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The Basic Protection Project was prepared in the aftermath of the 2008 financial crisis, in the context of increased pressure to expand coverage and accessibility of Argentina’s social protection policies. The social protection system had historically been linked to the formal labor market through contributory schemes (pension benefits, unemployment insurance, family allowances, health and Show MoreThe Basic Protection Project was prepared in the aftermath of the 2008 financial crisis, in the context of increased pressure to expand coverage and accessibility of Argentina’s social protection policies. The social protection system had historically been linked to the formal labor market through contributory schemes (pension benefits, unemployment insurance, family allowances, health and housing insurance coverage). Noncontributory programs—for children, the unemployed, and informal workers—were limited. The project aimed at strengthening and expanding Argentina’s social protection system by supporting expansion of coverage and improving the design of two income transfer programs for the unemployed and families with children. Ratings for this project are as follows: Outcome was moderately satisfactory, Risk to development outcome was low or negligible, Bank performance was satisfactory, and Borrower performance was moderately satisfactory. This assessment offers the following lessons: (i) The choice of indicators is critical for incentives to be effective, especially when a short implementation time is expected; but the definition of some of the DLIs and the information used to determine their targets were not discussed in detail at appraisal. (ii) This PPAR had to clarify the understanding of “effectiveness,” as it was not made explicit in project documents. (iii) Institutional strengthening of the MTESS statistics area was an important additional aspect of the World Bank’s support, given the peculiar context in which this project was implemented.

The Results Agenda Needs a Steer—What Could Be its New Course?

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A ship cruising across the current on a literal cascade of project management reporting requirements.
Is it time to rethink Results Based Management in international development? We imagine a system that favors learning over compliance.Is it time to rethink Results Based Management in international development? We imagine a system that favors learning over compliance.

Scaling up private capital mobilization for development: Lessons from World Bank Group experience

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Scaling up private capital mobilization for development: Lessons from World Bank Group experience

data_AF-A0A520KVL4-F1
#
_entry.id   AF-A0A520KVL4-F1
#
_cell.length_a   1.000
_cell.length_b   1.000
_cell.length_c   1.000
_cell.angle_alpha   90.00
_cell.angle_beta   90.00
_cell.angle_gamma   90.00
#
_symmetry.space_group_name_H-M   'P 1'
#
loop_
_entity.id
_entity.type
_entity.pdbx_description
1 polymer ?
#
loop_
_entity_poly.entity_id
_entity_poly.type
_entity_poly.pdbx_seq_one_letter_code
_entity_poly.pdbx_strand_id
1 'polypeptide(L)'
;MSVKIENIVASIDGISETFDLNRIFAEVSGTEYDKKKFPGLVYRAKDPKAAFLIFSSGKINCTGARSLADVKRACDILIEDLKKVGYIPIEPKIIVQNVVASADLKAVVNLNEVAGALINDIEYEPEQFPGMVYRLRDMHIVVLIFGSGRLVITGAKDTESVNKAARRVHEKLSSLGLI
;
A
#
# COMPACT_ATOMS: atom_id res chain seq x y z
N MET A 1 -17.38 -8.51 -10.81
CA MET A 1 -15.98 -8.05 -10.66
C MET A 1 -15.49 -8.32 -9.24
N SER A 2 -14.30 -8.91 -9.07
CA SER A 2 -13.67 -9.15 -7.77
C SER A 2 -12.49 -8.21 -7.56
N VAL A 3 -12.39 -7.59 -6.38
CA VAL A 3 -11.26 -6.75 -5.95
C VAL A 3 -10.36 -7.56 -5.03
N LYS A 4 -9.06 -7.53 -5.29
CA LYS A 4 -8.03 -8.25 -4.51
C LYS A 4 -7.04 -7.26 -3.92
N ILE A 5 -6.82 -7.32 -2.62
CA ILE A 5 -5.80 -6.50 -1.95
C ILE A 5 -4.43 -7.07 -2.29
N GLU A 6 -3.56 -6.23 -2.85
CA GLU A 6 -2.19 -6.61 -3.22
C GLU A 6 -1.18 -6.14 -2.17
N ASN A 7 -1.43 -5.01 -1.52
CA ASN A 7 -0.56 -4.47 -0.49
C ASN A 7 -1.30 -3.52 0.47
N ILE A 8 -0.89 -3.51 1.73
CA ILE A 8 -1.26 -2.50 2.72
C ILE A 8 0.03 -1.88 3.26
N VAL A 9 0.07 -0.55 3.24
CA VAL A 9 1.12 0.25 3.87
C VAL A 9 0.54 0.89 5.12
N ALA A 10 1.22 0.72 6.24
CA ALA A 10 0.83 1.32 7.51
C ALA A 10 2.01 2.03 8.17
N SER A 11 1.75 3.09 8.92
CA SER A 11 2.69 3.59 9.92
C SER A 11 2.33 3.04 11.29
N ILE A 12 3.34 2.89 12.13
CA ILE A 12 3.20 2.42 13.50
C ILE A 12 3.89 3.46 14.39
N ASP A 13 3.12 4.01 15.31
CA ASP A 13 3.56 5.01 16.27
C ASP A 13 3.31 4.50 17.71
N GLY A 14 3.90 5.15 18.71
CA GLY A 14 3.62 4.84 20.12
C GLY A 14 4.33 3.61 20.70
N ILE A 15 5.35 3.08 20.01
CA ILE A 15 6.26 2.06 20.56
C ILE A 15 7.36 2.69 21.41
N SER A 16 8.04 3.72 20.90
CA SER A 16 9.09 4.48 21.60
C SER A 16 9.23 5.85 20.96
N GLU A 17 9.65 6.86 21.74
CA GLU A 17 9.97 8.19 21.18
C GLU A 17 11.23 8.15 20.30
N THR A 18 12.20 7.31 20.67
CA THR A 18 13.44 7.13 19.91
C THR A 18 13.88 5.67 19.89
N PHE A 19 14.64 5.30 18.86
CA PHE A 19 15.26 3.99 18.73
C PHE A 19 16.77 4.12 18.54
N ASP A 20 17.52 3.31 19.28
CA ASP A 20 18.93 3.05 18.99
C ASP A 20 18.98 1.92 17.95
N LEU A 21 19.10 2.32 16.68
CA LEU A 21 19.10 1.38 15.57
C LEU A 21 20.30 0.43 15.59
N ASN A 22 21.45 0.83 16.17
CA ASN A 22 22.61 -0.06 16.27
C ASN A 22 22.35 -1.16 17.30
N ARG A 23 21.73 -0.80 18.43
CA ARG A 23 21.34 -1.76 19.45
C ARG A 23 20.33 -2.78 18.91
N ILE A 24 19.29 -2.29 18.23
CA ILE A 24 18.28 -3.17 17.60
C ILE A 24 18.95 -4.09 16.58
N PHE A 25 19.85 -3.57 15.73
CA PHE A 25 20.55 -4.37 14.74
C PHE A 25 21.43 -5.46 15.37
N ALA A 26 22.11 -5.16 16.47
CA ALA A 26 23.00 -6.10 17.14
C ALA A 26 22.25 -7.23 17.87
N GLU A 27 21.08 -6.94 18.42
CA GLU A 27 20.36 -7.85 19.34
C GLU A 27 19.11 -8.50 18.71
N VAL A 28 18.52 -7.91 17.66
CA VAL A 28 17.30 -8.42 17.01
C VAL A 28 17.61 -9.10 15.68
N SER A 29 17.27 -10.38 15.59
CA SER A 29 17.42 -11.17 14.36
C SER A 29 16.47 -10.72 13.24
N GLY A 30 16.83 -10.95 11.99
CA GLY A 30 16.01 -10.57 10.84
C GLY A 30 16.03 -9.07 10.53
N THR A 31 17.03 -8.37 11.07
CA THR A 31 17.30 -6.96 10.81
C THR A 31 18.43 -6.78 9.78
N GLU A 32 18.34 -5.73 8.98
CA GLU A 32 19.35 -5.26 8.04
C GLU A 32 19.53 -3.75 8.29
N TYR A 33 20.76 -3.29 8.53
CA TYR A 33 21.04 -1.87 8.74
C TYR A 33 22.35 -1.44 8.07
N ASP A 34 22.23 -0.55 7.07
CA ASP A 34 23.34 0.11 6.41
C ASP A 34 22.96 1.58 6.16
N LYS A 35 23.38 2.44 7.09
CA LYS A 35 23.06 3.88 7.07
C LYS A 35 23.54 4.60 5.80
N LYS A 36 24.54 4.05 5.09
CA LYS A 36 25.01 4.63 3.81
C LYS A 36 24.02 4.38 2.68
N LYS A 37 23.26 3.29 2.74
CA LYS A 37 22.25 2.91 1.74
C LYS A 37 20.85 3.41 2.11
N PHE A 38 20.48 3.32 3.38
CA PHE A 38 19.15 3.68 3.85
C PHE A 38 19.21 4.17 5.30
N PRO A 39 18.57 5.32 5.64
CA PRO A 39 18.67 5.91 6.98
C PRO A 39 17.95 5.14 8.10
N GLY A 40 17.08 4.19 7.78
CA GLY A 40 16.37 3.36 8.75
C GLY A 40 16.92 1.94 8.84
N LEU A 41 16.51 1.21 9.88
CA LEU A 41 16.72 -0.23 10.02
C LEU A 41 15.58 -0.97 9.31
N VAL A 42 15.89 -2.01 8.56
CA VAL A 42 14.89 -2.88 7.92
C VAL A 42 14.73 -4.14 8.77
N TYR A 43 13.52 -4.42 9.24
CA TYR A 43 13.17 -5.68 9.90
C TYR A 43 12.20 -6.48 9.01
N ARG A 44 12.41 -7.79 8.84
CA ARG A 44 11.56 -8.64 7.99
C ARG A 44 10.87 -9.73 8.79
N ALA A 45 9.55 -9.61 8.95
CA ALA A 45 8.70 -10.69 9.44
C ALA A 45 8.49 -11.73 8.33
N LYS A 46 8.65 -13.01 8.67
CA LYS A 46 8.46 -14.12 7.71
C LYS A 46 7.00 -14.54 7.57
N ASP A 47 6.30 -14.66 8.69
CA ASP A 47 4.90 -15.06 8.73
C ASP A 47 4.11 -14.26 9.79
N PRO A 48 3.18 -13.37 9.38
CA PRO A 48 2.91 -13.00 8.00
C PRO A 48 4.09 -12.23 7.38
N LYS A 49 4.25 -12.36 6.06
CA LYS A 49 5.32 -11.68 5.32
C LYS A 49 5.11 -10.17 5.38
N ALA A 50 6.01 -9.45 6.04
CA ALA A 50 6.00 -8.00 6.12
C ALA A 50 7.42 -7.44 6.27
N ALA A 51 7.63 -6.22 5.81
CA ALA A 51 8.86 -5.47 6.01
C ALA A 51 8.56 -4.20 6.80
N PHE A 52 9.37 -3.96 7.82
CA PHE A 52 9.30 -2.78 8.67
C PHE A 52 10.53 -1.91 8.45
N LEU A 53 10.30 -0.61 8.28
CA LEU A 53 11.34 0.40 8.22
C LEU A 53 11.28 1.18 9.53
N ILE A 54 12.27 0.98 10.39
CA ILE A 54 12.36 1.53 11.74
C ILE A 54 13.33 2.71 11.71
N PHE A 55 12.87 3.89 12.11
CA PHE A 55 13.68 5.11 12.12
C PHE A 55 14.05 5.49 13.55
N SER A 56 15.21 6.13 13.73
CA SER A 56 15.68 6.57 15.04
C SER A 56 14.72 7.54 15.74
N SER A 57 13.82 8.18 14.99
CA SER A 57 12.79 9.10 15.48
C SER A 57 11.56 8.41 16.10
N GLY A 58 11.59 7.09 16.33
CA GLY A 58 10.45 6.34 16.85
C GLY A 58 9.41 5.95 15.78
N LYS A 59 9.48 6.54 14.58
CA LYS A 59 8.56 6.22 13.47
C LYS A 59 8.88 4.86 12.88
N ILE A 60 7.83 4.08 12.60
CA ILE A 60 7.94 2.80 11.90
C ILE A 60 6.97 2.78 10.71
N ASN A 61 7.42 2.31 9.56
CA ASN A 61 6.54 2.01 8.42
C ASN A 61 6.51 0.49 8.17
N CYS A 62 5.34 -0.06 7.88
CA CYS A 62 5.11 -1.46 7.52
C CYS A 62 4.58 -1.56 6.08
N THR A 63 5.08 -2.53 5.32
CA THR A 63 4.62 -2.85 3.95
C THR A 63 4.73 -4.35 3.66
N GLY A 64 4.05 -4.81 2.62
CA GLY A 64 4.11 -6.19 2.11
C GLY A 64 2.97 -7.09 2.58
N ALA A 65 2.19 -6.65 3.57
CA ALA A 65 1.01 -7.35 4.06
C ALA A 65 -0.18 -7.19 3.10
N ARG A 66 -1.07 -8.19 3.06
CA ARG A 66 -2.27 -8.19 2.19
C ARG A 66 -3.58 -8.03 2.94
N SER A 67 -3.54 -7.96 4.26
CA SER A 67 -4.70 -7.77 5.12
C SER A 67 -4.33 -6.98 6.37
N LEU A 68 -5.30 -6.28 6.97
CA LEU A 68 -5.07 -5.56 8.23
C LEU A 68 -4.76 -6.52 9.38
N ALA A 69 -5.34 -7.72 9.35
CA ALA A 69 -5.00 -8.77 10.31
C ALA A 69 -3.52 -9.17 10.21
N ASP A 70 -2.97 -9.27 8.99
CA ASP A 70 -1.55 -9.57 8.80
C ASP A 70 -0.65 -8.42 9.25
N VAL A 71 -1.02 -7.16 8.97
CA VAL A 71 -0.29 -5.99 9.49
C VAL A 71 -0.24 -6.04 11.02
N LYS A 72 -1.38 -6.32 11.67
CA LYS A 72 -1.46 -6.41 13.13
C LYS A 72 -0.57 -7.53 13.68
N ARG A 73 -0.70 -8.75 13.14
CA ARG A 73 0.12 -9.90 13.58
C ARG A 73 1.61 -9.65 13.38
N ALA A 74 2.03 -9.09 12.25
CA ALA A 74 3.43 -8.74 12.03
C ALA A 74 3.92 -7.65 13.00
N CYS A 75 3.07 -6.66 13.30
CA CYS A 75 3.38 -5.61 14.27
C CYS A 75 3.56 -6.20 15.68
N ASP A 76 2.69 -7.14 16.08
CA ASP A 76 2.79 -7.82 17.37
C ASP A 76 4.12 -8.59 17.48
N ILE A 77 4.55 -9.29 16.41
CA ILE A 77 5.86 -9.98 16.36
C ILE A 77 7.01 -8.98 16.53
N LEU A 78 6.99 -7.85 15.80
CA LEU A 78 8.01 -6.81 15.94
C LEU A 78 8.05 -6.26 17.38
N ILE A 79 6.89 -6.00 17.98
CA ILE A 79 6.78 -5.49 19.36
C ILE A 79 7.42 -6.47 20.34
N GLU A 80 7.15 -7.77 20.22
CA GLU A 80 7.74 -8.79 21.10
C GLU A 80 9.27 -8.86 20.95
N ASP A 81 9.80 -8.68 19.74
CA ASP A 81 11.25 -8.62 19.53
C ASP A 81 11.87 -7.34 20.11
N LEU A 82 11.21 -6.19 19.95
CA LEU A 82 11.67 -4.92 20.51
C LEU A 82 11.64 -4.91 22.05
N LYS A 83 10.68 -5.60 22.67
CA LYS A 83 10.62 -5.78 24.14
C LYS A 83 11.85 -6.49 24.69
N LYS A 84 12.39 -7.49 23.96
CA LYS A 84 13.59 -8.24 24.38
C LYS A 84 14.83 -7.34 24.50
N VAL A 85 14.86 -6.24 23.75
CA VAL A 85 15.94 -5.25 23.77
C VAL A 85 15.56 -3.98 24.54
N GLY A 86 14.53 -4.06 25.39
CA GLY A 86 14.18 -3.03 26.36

Meeting the Sustainable Development Goals (SDGs) requires raising trillions of dollars on an annual basis. Public resources and Official Development Assistance (ADA) will not be enough to finance the SDG agenda. Now there is the additional challenge of finding the resources to cope with the multiple consequences of the Covid-19 pandemic. Mobilizing private capital has a critical role to play in Show MoreMeeting the Sustainable Development Goals (SDGs) requires raising trillions of dollars on an annual basis. Public resources and Official Development Assistance (ADA) will not be enough to finance the SDG agenda. Now there is the additional challenge of finding the resources to cope with the multiple consequences of the Covid-19 pandemic. Mobilizing private capital has a critical role to play in filling the investment gap.   In 2015, Multilateral Development Banks (MDBs) committed to adopting a financing framework capable of unlocking, leveraging, and catalyzing more public and private financial flows. A framework where financing from private sources, including capital markets, institutional investors and businesses, has become paramount to mobilize the trillions in investments needed.  In 2017, the World Bank Group (WBG) adopted a definition of private capital mobilization (PCM), jointly agreed with other MDBs and Development Finance Institutions (DFIs). The WBG’s Independent Evaluation Group (IEG) released its first systematic assessment on how relevant and effective the Bank Group has been at channeling private capital for development, the factors that have driven results, and opportunities for the future. IEG’s evaluation finds that the WBG has deployed efforts across its institutions (IBRD, IFC and MIGA) to mobilize private capital either through project level co-financing and/or through pioneering mobilization instruments and platforms. Bank Group PCM approaches have proven to be relevant and have delivered results. In fact, the WBG remains one of the largest contributors to PCM, with about $32 billion mobilized in low- and middle-income countries in 2018.   What factors have been driving results? Several WBG instruments and platforms have been effective in achieving development objectives through PCM. For example, World Bank Guarantees have achieved positive outcomes by reducing risks and improving projects’ bankability at the commitment stage. Creating the right conditions to attract private investments has led to increased financing for key infrastructure and services, benefitting people around the world when these projects reach maturity. IFC syndicated loans have increased client firms’ access to finance and debt, and bond mobilization platforms have been effective in meeting client and investor expectations. MIGA has also been successful and has positioned itself well among MDBs in addressing PCM thanks to its new products (e.g. Credit enhancement) and the share of its exposure that gets reinsured allowing MIGA to offer more guarantees. These new products and guarantees have successfully mobilized private investments for projects ranging from power generation in Sub-Saharan Africa to capital optimization projects in Latin America and the Caribbean. Bank Group client countries have large untapped potential to crowd in private capital. IEG modeled estimates suggest most Bank Group client countries are attracting only 50-80 percent as much private capital as they could. Unlocking this potential will be especially important to fund the recovery from the pandemic and get back on track to the SDGs. Evidence shows that projects with domestic investor participation, MDB involvement, and World Bank–IFC–MIGA collaboration have better PCM project outcomes. Domestic investors boost project success by engaging actively in the design and implementation stages and by bringing knowledge of the local market and regulations. Projects with domestic investor participation had greater success (80 percent) than those with overseas investors only (60 percent). When other MDB’s are involved, more resources become available and there are shared environmental, social, and governance compliance requirements and monitoring systems to ensure greater quality of outputs and outcomes. Evidence from energy sector projects indicates that concomitant World Bank, IFC, and MIGA interventions have a positive effect on PCM outcomes. These joint interventions involve either working sequentially as a project’s de-risking needs and financing needs evolve.   IFC and MIGA PCM approaches have created a demonstration effect, attracting repeat clients and increasing PCM levels. However, it is not easy to sustain private investment flows in the long term. This demonstration effect of IFC and MIGA PCM approaches happens when IFC or MIGA support the expansion of an ongoing project or the involvement of an existing client in a new project. Investors’ repeat engagement indicates that they trust the Bank Group’s PCM approaches and believe that projects developed through the Bank Group will be sustainable. It takes time and sustained investment, however, to generate sufficient levels of PCM to trigger a demonstrable increase in countries’ overall private capital flows. It is also essential for governments and the Bank Group to continue to support business environment reforms post-PCM and to address constraints that may limit private investments in the long term. What opportunities lie ahead for PCM in the future? Bank Group client countries have large untapped potential to crowd in private capital. IEG modeled estimates suggest most Bank Group client countries are attracting only 50-80 percent as much private capital as they could. Unlocking this potential will be especially important to fund the recovery from the pandemic and get back on track to the SDGs. Both traditional Bank Group PCM solutions (for example, World Bank and Multilateral Investment Guarantee Agency guarantees, trade finance, and short-term liquidity facilities) and countercyclical approaches (for example, the Distressed Assets Recovery Program) can continue to play important roles in mobilizing private capital in light of the ongoing pandemic. The Bank Group has the potential to help create a more attractive environment for private capital by supporting public policy changes, addressing the lack of a pipeline of bankable projects, and increasing collaboration with other MDBs and DFIs on PCM efforts. This requires the Bank Group to expand existing PCM platforms and approaches, to support policy reforms and disaster risk financing and to continue to innovate and develop new products aligned with the needs of new investor groups and partners.    Read the Evaluation: The World Bank Group’s Approach to the Mobilization of Private Capital for Development Image credit: adapted from VectorMine/shutterstock